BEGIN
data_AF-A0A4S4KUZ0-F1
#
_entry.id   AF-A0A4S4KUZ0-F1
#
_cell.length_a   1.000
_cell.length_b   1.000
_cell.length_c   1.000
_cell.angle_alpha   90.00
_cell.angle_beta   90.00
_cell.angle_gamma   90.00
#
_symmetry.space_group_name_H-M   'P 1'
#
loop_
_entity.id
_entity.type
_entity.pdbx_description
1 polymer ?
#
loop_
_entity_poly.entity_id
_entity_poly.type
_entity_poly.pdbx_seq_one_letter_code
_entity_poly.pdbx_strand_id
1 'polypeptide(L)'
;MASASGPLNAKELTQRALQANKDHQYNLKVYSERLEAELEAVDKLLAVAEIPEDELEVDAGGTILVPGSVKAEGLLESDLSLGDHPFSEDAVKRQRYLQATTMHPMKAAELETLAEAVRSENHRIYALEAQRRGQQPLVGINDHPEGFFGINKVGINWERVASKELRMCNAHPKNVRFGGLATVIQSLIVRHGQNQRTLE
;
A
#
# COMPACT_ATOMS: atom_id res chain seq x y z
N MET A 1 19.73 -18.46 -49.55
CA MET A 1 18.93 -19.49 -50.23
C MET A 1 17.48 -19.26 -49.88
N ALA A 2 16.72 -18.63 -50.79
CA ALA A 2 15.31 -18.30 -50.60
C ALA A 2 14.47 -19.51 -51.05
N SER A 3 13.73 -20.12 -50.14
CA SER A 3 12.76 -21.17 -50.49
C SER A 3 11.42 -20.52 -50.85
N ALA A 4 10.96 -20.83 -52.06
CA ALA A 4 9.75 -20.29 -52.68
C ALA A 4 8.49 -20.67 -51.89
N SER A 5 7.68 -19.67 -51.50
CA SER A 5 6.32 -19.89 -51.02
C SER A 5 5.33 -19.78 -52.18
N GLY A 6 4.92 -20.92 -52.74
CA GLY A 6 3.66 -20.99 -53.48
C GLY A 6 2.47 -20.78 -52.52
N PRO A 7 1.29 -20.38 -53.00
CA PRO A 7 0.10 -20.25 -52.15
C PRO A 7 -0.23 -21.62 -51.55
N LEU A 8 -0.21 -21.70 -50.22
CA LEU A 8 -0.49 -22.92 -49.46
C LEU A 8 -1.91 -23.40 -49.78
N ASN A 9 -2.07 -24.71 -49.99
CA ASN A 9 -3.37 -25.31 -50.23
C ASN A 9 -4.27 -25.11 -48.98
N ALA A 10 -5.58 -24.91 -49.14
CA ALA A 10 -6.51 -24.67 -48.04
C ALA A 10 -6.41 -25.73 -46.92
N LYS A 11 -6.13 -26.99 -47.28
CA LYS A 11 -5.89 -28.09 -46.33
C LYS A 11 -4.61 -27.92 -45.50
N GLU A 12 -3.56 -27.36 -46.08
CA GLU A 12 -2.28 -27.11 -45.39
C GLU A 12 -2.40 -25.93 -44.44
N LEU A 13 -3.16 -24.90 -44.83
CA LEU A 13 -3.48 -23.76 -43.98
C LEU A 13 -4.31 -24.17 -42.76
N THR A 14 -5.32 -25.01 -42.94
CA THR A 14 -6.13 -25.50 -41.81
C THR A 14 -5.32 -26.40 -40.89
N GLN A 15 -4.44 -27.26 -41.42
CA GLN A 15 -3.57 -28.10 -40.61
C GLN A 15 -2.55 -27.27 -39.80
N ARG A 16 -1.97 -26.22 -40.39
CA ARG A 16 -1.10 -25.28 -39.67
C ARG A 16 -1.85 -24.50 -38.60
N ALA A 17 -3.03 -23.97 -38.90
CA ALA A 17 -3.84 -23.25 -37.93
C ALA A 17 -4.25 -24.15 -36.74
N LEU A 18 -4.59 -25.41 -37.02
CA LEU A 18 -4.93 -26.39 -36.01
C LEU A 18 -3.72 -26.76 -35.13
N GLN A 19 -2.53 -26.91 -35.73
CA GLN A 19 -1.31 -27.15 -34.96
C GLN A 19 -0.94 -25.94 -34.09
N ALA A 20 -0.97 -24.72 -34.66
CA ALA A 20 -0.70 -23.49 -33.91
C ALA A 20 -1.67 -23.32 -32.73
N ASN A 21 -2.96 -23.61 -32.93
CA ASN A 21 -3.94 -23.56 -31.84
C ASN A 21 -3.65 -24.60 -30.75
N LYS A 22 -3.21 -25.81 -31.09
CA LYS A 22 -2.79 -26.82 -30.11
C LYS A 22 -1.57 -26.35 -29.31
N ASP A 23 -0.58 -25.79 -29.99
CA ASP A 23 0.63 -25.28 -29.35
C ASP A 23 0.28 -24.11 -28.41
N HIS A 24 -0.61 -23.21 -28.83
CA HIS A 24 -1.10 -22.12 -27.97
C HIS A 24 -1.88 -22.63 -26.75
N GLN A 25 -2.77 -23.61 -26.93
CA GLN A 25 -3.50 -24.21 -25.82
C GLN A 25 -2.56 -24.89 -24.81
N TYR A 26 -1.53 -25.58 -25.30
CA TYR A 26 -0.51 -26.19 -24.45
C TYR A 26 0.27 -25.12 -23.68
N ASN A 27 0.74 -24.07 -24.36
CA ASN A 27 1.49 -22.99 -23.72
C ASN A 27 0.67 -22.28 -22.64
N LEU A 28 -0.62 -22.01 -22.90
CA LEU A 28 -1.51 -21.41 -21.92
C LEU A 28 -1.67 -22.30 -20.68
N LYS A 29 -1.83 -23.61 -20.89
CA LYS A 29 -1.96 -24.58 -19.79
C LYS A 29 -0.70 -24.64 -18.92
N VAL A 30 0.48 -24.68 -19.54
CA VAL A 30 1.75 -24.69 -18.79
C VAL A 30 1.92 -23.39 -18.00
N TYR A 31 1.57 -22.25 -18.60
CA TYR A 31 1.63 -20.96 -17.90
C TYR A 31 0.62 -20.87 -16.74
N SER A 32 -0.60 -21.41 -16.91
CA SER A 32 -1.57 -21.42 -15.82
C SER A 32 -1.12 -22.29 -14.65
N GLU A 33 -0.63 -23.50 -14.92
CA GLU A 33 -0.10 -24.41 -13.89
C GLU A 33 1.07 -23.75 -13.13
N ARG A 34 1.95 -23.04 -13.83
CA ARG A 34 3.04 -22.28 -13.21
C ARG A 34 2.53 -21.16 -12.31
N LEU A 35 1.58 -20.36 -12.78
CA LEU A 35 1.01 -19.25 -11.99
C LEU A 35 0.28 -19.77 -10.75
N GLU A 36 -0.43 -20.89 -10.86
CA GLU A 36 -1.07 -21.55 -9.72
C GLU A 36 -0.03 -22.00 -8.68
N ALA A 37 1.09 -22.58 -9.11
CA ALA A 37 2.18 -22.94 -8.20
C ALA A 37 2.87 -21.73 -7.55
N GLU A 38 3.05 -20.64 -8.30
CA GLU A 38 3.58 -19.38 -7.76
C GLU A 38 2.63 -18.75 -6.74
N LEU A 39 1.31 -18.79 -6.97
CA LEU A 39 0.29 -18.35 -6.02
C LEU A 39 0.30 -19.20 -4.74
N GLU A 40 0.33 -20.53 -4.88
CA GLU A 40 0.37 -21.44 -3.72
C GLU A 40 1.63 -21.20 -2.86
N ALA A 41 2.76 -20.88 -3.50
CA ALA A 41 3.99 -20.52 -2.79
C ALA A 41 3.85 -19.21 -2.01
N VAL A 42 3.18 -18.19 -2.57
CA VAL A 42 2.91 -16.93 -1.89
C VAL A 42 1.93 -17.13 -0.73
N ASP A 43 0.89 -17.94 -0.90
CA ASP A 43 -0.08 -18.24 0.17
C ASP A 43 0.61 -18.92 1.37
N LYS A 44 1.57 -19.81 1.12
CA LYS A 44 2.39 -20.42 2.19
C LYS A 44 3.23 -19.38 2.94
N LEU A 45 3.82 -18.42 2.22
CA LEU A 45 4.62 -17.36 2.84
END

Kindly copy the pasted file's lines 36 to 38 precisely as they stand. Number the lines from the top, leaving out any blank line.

C ALA A 2 14.47 -19.51 -51.05
N SER A 3 13.73 -20.12 -50.14
CA SER A 3 12.76 -21.17 -50.49